Ariel's movie poster
The Little Mermaid is a 1989 American animated musical fantasy film produced by Walt Disney Feature Animation and released by Walt Disney Pictures. Based on the Danish fairy tale of the same name by Hans Christian Andersen, The Little Mermaid tells the story of a beautiful mermaid princess who dreams of becoming human. Written, directed and produced by Ron Clements and John Musker, with music by Alan Menken and Howard Ashman (who also served as a co-producer), the film features the voices of Jodi Benson, Christopher Daniel Barnes, Pat Carroll, Samuel E. Wright, Jason Marin, Kenneth Mars, Buddy Hackett and René Auberjonois.

The 28th film in the Walt Disney Animation Classics series, The Little Mermaid was released to theatres on November 17, 1989 to largely positive reviews, garnering 84 million dollars at the domestic box office during its initial release, and 211 million dollars in total lifetime gross worldwide. After the success of the 1988 Disney/Amblin film Who Frame Roger Rabbit, The Little Mermaid is given credit for breathing life back into the art of Disney animated feature films after a string of critical or commercial failures produced by Disney that dated back to the early 1970s. It also marked the start of the era known as the Disney Renaissance. It was followed by two direct-to-video sequels: The Little Mermaid II: Return to the Sea (2000) and The Little Mermaid III: Ariel's Beginning (2008).

Plot Edit

Ariel, a sixteen-year-old mermaid princess, is dissatisfied with underwater life and is curious about the human world. With her best friend Flounder, Ariel collects human artifacts and goes to the surface of the ocean to visit Scuttle the seagull, who offers very inaccurate knowledge of human culture. She ignores the warnings of her father King Triton, the ruler of Atlantica, and his adviser and court composer Sebastian that contact between merpeople and humans is forbidden.

One night, Ariel, Flounder and an unwilling Sebastian travel to the ocean surface to watch a celebration for the birthday of Prince Eric on a ship. Ariel quickly becomes enamored with Eric. The birthday celebration is cut short by a violent storm which wrecks the ship and tosses Eric overboard. Ariel saves him from drowning and brings him to the shore. She sings to him, but quickly leaves as soon as he regains consciousness to avoid being discovered. Fascinated by the memory of her voice, Ariel vows to find a way to join him and his world. Noticing a change in Ariel's behaviour, Triton questions Sebastian about her behaviour and learns of her love for Eric. Furious, Triton confronts Ariel in her grotto, where she and Flounder store human artifacts, and destroys the objects with his trident to her dismay. After Triton leaves, two eels named Flotsam and Jetsam convince Ariel to visit Ursula the sea witch.

Ursula makes a deal with Ariel to transform her into a human for three days in exchange for Ariel's voice, which Ursula puts in a nautilus shell. Within these three days, Ariel must receive the kiss of true love from Eric. If Eric gets to kiss her, she will remain a human permanently, otherwise, she will transform back into a mermaid and belong to Ursula. Ariel agrees and is then given human legs and taken to the surface by Flounder and Sebastian. Eric finds Ariel on the beach and takes her to his castle, unaware that she is the one who had saved him earlier. Ariel spends time with Eric, and at the end of the second day, they almost kiss but are thwarted by Flotsam and Jetsam. Angered at their narrow escape, Ursula disguises herself as a beautiful young woman named Vanessa and appears onshore singing with Ariel's voice. Eric recognizes the song and, in her disguise, Ursula casts a hypnotic enchantment on Eric to make him forget about Ariel.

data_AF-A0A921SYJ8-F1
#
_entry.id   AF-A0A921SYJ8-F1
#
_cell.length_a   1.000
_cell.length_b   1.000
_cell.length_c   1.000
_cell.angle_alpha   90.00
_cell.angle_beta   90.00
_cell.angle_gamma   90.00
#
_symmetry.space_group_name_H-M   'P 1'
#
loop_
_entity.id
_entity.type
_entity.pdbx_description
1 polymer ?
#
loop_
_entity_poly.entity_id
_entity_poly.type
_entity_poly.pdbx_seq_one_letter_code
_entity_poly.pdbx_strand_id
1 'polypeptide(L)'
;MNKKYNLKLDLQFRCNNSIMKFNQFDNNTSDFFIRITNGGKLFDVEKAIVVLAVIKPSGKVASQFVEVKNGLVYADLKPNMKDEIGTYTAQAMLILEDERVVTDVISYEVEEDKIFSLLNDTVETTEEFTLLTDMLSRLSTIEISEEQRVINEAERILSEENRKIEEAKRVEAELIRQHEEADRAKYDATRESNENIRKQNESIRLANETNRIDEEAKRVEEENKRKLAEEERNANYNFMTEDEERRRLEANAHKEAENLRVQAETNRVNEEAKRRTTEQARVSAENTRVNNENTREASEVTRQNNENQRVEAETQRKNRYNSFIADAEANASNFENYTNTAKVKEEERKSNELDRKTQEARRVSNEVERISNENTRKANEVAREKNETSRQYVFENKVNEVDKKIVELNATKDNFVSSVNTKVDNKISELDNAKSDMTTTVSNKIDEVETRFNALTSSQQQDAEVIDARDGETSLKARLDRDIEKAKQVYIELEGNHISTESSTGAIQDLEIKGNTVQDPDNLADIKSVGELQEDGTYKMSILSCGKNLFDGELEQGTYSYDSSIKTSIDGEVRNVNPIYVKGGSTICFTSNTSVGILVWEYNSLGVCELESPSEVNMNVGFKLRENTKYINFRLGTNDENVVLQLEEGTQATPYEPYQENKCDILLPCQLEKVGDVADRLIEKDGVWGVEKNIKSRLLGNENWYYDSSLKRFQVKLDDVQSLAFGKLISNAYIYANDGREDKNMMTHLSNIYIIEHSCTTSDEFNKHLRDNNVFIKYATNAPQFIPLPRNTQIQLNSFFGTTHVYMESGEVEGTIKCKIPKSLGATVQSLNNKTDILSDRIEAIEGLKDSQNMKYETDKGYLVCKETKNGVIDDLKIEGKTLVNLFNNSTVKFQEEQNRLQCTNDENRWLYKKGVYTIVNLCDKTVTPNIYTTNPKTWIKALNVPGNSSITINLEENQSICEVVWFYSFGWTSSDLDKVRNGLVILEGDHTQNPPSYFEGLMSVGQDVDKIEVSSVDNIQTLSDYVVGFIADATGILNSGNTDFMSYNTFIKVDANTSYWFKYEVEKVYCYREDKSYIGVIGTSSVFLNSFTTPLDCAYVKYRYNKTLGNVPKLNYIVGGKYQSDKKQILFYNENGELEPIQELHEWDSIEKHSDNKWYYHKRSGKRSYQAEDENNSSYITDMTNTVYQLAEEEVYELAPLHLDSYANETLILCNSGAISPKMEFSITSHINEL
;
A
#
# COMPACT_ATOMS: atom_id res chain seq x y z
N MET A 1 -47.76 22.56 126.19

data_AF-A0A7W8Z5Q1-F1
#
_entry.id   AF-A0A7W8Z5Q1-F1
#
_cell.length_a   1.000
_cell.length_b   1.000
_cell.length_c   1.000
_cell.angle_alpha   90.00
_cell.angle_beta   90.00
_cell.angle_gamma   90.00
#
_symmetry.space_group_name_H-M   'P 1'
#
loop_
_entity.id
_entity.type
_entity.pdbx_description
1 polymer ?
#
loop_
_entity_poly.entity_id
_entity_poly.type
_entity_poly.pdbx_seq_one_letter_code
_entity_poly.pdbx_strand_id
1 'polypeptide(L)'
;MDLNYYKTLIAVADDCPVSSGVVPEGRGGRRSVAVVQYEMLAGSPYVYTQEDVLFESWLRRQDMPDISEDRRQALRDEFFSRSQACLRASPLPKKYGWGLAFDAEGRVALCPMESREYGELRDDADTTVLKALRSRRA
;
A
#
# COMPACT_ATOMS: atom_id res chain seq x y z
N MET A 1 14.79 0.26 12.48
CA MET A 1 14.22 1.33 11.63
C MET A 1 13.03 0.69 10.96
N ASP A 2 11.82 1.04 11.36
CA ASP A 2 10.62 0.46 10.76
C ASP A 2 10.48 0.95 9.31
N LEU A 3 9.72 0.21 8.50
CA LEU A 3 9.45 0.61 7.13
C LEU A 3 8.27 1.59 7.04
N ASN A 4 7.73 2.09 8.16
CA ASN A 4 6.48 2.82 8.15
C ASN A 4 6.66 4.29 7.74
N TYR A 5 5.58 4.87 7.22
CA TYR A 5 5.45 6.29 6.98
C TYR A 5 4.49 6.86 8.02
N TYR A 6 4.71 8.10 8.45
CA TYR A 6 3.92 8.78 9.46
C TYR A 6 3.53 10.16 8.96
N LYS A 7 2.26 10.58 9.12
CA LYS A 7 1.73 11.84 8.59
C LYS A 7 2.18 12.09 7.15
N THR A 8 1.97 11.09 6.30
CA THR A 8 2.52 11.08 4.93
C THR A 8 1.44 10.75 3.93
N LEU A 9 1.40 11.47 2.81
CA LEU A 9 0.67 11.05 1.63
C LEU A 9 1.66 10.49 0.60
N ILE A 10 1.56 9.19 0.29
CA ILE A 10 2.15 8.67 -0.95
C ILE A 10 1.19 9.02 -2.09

The next day, Ariel finds out that Eric will be married to the disguised Ursula. Scuttle discovers that Vanessa is actually Ursula in disguise, and informs Ariel who immediately pursues the wedding barge. Sebastian informs Triton, and Scuttle disrupts the wedding with the help of various animals. In the chaos, the nautilus shell around Ursula's neck is broken, restoring Ariel's voice and breaking Ursula's enchantment over Eric. Realizing that Ariel is the girl who saved his life, Eric rushes to kiss her, but the sun sets and Ariel transforms back into a mermaid. Ursula reveals herself and kidnaps Ariel. A furious Triton confronts Ursula's and demands Ariel's release, but the deal is inviolable. At Ursula's urging, Triton agrees to take Ariel's place as Ursula's prisoner, giving up his trident. Ariel is released as Triton transforms into a polyp and loses his authority over Atlantica. Ursula declares herself the new ruler, but before she can use the trident, Eric hits her with a harpoon. Ursula tries to strike down Eric, but Ariel interferes, causing Ursula to inadvertently kill Flotsam and Jetsam. Enraged, Ursula uses the trident to grow into monstrous proportions.

Ariel and Eric reunite on the surface just before Ursula grows past and towers over the two. She then gains full control of the entire ocean, creating a storm and bringing sunken shis to the surface. Just as Ursula attempts to kill Ariel, Eric steers a wrecked ship towards Ursula, impaling her with the ship's splintered bowsprit. With Ursula destroyed, Triton and the other polyps in Ursula's garden revert into their original forms. Realizing that Ariel truly loves Eric, Triton willingly changes her from a mermaid into a human and blesses her marriage to Eric. Ariel and Eric marry on a ship and depart.